Saliva-based COVID-19 test strips could be available in Missouri as soon as the end of September, Department of Health and Senior Services Director Randall Williams said Friday after speaking to the Columbia Chamber of Commerce.
The test strips were developed by researchers at Washington University in St. Louis, in collaboration with Fluidigm, a San Francisco-based biotech company. Fluidigm announced Tuesday that the tests, which render results within 24 hours, were granted FDA emergency use authorization.
Williams’ prediction Friday followed Gov. Mike Parson’s comments on Wednesday, when he called the test strips “a game changer.”
About 20,000 tests can be analyzed per day and the turnaround time on results is roughly 24 hours.
“I am confident we will have saliva testing in Missouri by the end of the month,” Williams said.
Williams said Missouri has been aggressive with testing over the summer, with a widely-lauded “box in” strategy — a method most effective for containing the spread of COVID-19 in group long-term living situations, such as nursing homes.
With the start of school and return of students to campuses, though, community spread becomes more of a risk, rather than outbreaks in contained living communities, Williams said.
He acknowledged the uptick in Boone County’s numbers since students returned to MU but said the Columbia/Boone County Public Health and Human Services Department has been doing a good job.
Although cloth face coverings have been found to be one of the most effective methods for limiting community spread, Williams explained why he hasn’t advocated for a statewide mask mandate. He said the risk of imposing rules is that government can exceed the public’s capacity to comply. He also acknowledged different counties — with different population densities — don’t have the same needs.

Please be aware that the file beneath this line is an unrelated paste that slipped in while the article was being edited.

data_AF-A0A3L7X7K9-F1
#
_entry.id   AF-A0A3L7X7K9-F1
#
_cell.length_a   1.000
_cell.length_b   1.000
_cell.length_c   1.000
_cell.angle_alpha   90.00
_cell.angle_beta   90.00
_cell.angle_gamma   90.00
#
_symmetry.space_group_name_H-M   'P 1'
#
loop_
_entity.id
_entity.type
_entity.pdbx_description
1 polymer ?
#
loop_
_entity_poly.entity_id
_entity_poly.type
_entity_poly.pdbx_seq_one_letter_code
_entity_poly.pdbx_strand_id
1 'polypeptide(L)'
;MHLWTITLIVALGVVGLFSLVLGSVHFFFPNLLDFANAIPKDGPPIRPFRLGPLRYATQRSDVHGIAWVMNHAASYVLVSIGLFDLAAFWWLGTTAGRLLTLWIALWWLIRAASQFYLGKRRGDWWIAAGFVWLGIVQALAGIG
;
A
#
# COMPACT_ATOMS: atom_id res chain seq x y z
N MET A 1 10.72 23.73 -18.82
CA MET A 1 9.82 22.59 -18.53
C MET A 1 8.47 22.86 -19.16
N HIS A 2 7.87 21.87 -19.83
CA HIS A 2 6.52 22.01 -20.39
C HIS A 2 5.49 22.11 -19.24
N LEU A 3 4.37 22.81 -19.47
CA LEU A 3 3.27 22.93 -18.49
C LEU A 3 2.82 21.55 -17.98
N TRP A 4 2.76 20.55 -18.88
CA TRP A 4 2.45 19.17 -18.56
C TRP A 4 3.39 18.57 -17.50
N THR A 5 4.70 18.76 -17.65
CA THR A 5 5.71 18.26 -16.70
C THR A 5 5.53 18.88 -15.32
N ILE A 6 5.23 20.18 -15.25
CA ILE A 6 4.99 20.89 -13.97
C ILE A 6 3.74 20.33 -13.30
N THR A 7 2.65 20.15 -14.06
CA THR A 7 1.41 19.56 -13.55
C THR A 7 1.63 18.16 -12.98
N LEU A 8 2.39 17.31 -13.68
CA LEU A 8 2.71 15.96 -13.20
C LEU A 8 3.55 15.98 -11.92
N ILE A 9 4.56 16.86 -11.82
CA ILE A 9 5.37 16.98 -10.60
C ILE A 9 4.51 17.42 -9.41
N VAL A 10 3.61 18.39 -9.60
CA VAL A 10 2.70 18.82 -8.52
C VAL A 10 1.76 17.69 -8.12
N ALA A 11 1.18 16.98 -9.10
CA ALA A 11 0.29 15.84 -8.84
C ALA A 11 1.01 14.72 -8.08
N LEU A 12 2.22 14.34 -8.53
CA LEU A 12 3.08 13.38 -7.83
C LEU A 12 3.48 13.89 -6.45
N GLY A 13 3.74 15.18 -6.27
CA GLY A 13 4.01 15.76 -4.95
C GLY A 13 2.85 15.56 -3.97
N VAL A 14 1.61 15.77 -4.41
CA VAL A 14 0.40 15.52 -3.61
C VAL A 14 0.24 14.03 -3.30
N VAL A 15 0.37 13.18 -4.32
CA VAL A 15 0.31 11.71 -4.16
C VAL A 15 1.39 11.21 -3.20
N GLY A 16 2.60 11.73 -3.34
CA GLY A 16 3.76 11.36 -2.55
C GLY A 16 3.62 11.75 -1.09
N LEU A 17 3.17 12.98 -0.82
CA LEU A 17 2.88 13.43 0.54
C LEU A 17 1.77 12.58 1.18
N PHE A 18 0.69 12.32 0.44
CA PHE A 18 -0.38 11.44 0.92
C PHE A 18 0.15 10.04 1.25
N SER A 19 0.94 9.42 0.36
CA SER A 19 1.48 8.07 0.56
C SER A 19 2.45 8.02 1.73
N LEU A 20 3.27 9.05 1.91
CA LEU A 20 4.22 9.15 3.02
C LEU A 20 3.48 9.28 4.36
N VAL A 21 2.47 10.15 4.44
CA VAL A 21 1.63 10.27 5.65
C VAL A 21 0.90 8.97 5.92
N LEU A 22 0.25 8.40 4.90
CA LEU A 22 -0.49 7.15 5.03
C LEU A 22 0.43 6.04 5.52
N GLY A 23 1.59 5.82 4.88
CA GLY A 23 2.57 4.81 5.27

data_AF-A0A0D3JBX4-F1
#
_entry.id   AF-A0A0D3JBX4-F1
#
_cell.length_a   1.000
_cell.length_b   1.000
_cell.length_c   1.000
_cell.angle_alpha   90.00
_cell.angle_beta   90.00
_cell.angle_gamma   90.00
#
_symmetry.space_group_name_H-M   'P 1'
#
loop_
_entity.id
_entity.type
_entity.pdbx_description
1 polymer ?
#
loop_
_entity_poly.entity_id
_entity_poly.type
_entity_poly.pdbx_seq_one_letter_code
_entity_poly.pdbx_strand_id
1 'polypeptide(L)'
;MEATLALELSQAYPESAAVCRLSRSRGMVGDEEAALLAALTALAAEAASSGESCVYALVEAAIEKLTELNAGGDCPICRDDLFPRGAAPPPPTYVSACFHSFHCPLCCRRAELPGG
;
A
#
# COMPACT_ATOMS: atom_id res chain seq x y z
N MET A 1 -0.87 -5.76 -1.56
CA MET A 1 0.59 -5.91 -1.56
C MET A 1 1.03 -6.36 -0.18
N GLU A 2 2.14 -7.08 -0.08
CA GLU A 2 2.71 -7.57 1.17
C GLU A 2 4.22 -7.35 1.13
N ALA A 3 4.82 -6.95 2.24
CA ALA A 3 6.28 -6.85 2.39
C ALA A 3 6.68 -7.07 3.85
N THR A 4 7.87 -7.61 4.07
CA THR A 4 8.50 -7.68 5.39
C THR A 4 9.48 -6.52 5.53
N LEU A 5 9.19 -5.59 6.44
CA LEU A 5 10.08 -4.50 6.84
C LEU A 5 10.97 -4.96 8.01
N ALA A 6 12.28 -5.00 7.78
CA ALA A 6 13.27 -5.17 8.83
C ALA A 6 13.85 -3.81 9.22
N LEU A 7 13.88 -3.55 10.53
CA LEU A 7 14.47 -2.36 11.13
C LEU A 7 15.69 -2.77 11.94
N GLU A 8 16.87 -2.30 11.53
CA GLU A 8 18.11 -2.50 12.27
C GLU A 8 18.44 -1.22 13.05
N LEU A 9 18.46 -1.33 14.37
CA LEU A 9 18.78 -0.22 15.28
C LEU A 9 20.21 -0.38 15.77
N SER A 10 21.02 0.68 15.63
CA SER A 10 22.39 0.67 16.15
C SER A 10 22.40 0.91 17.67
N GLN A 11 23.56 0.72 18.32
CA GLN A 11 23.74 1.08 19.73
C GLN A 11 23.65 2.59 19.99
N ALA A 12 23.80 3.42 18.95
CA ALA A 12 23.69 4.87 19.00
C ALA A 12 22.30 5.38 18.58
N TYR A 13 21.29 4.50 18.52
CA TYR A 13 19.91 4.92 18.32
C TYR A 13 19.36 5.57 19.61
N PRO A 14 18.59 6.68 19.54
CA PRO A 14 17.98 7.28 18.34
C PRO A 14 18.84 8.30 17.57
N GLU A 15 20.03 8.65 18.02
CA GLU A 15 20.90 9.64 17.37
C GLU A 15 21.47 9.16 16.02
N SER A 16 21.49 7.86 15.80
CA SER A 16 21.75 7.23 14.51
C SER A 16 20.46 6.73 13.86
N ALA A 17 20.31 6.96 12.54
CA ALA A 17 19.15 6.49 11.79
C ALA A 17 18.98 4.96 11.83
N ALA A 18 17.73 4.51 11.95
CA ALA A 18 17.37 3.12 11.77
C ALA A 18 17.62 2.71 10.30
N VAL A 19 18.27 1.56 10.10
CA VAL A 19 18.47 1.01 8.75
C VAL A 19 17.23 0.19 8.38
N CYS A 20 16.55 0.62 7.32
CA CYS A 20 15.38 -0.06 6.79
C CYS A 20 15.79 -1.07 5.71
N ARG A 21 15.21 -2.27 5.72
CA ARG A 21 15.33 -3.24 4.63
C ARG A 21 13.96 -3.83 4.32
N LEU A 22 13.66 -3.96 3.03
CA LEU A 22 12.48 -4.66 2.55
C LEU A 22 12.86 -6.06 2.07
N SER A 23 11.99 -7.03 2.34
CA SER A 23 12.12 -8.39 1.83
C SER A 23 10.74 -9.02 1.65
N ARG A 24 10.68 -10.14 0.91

In general, though: “If you can’t social distance, you need to wear a mask. Period.”
Williams also talked about the relatively good news in Missouri’s COVID-19 statistics, despite the uptick in the infection rate among young people. He pointed out the state’s mortality rate has decreased from 7% in April to less than 1% now. That’s largely because the shift in demographics to young adults.
Williams is also hopeful a COVID-19 vaccination will be rolled out in November for health care workers and January for the general public.
The health department was already working on awareness campaigns to increase the number of people who get the vaccine, he said.
The health department and providers statewide will also do all it can to promote the flu vaccine this year because limiting the number of seriously ill flu patients will be important for not overwhelming the already-strained health care system.
Williams shot down the idea the response to COVID-19 has been an overreaction and that it is no worse than the flu.
“The morbidity is much higher than in the flu ... and it’s twice as infectious,” he said. “This particular infection disease has more variation than any infectious disease we have ever seen.”